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Gods & Monsters Fantasy Role-Playing

Beyond here lie dragons

Rounds get longer over time

Jerry Stratton, February 10, 2009

Greg Porter has just posted a fascinating idea for keeping combat from dragging on the Forge. His idea is that each round is longer than the previous one. Everyone involved has a greater movement and a greater chance of successful action than in the previous round.

  • Each round of combat (or any time-critical game situation) is twice as long as the last one
  • You can move further than normal in these longer rounds
  • You do not get more actions in these longer rounds
  • You do get a bonus to skill use proportional to the length of the round, as befits the game system in question

This means that outside forces can come into play—as they often do in the movies—without having to be synchronized to the extremely short times of the normal conflict round. The conflict will naturally encompass more and more space as movement goes up.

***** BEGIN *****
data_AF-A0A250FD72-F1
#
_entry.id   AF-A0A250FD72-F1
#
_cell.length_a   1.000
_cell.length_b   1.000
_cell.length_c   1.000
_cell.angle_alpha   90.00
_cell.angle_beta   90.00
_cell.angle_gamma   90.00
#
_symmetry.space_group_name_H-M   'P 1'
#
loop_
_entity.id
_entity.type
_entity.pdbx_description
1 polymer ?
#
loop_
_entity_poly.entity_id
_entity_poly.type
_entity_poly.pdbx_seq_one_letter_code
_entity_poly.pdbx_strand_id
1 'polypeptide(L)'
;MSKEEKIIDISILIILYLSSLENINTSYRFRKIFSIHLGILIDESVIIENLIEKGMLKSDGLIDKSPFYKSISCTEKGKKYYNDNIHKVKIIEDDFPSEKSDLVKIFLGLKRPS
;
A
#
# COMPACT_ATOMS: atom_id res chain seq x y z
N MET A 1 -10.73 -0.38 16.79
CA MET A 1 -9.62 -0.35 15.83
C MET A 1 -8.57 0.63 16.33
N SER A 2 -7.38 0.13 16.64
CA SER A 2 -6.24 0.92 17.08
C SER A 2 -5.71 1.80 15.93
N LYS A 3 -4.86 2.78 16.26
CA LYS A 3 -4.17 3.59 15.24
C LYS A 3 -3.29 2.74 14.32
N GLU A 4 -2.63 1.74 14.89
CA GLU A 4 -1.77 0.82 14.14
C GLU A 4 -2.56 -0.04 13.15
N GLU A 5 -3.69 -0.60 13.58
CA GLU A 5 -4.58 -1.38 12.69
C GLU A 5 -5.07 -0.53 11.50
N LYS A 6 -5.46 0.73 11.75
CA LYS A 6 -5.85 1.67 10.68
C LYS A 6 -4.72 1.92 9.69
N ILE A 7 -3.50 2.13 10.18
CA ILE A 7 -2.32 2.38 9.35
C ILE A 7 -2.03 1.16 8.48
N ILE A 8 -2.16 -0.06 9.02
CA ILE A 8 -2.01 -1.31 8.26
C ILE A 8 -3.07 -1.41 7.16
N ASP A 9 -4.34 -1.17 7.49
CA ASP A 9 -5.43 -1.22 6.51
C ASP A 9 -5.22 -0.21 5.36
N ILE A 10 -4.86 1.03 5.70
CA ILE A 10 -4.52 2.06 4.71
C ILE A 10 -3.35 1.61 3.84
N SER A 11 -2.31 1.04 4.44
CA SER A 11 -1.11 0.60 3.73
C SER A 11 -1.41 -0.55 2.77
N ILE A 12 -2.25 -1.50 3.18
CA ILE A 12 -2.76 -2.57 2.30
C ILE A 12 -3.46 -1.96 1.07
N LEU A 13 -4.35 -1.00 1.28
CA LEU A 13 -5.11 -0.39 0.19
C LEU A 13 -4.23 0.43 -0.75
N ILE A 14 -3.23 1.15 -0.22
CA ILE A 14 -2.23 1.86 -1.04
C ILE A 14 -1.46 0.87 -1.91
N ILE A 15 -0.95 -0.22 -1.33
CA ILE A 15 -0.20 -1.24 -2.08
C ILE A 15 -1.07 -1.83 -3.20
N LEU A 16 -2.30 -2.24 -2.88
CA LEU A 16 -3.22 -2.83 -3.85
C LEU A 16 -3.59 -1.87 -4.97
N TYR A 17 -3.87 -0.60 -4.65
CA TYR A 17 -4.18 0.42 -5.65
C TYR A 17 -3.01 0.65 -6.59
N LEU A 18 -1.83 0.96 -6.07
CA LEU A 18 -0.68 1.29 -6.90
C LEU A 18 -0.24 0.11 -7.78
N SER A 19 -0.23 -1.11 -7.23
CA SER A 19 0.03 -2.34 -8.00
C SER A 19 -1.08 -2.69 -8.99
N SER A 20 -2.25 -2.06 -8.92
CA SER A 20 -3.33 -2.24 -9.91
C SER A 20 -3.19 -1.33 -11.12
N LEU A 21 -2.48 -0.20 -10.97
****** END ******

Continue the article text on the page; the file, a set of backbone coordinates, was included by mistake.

It completely removes the possibility of endless conflicts when the success probability is low. As the conflict grows, the success probability also grows.

Such a system would be especially useful in an initiative-less system such as Gods & Monsters, since initiative will make less and less sense as rounds get longer and longer. Warriors would especially be able to make use of their attack bonuses by moving them into their combat pool in order to spend them on increased damage, more attacks, and other advantages.

I’m going to start thinking about this and what it affects. If you give it a try, let me know how it works out.

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